Shadow War’s Robin and Deathstroke Have Avoided the Worst Comic Book Trope

Deathstroke Inc. and Robin had the opportunity to bring back two dead characters but what they did instead subverted expectations.

WARNING: The following contains spoilers for Deathstroke Inc. #7 and Robin #12, on sale now from DC Comics.

Shadow War looks set to be the typical comic book crossover event with three series – Batman, Robin, and Deathstroke Inc.- coming together to tell the story of the war between Slade Wilson’s Secret Society of Supervillains and Talia al Ghul’s League of Shadows. The event will be kicked off by the death of a major character and, while in comics death doesn’t mean much anymore, two of the titles crossing over just changed that.

Both Deathstroke Inc. and Robin were set up to reintroduce dead characters back into comics continuity. This has been a trope that has troubled comic books for a long time. It used to be said that there were three characters in comics that would stay dead – Uncle Ben, Jason Todd, and Bucky Barnes. Notably, only one of those characters has remained dead. Now, these two Shadow War series have subverted this tired trope of death and rebirth.


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Deathstroke Inc. #7 (by Joshua Williamson, Stephen Segovia, Hi-Fi, and Steve Wands) revealed the identity of the character Respawn, who was inspired by Slade Wilson and introduced in Robin. Many assumed the character would turn out to be Slade’s long-dead son, Grant Wilson. Both this series and Robin emphasized the death of Grant and its effects on both Slade and his daughter Rose aka Ravager. However, rather than a resurrected Grant, Respawn turned out to be far more interesting. He is, instead, a clone of Damian Wayne with Deathstroke’s super-soldier DNA mixed in.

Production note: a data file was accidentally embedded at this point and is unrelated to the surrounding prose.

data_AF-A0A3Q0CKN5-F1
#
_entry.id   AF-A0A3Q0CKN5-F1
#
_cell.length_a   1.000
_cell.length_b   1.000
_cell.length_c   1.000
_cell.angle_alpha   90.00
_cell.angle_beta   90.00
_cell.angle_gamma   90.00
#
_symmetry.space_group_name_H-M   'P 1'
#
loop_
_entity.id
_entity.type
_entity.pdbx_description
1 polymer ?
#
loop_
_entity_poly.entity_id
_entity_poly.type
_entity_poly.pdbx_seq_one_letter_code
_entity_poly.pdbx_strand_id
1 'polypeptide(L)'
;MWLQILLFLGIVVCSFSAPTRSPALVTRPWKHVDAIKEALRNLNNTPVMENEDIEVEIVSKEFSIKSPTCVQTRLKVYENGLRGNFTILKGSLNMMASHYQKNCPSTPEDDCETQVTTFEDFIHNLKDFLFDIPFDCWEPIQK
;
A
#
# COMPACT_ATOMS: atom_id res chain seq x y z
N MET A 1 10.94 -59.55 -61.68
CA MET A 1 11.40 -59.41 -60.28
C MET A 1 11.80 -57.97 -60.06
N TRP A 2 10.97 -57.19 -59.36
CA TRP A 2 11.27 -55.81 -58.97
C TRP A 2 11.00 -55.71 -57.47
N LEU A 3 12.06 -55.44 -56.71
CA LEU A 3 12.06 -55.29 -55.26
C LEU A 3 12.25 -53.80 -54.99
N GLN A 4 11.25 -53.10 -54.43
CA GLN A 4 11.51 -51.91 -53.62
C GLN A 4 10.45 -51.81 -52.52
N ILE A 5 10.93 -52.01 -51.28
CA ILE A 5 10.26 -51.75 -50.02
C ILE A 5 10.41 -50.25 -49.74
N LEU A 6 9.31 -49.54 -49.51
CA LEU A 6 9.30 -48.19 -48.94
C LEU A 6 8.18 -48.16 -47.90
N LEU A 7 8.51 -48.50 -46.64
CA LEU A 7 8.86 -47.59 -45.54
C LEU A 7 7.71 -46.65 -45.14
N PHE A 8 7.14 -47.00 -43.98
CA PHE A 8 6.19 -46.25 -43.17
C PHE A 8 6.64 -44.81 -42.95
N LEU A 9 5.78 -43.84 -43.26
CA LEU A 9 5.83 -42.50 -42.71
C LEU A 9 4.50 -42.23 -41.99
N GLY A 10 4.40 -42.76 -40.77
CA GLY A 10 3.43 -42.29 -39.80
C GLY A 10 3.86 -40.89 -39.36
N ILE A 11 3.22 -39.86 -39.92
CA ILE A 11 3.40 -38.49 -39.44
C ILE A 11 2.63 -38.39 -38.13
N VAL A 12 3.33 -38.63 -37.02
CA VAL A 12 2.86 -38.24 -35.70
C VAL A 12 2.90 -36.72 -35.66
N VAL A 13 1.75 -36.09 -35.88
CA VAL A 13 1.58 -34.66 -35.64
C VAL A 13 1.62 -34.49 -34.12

Meanwhile, Robin #12 (by Joshua Williamson, Roger Cruz, Norm Rapmund, Luis Guerrero, and ALW’s Troy Peteri) was all set to resurrect Batman’s faithful butler Alfred Pennyworth, with the Boy Wonder planning to use Lazarus Resin from the life-restoring Lazarus Pits to do SW. Despite traveling all the way to Gotham to Alfred’s grave, and with Lazarus Resin in hand, the Son of Batman refused to bring back the most iconic member of the Bat-Family.

RELATED: The Bat-Family Gains An Official Link To Another Major DC Family


When Talia asked her son why he didn’t resurrect Pennyworth, his answer spoke volumes. He said that Alfred wouldn’t be the same. This is because of the effects of the Lazarus Pits and how they can twist the minds of those who use them, like Ra’s al Ghul. However, this also speaks to the concept of bringing back dead comic book characters in general. They’re never quite the same as they were before their original demise and it inevitably takes away from their death. There have been many great stories about superheroes dying and even more wonderful stories about those who continue their legacy. Unfortunately, not everyone is Gwen Stacy or Captain Marvel and the likes of The Death of Superman come across as insincere or even cash-grabs because of this.


At this point, there isn’t anyone in comics who hasn’t died before. Both Damian and Deathstroke have been killed and brought back to life before. The fact that both of their series seemed all but certain to bring back two more dead characters seemed like nothing new. The fact that they didn’t bring back Grant or Alfred and instead used the impacts of their deaths to further develop the characters left behind feels refreshing. In Deathstroke’s case, it’s even created a new and unique character with an interesting backstory. For years now, death has lost its sting in the realm of comics. Thanks to these Shadow War titles, it’s begun to mean something again.


KEEP READING: Batman And Deathstroke’s Shadow War Draws In DC’s Deadliest Team

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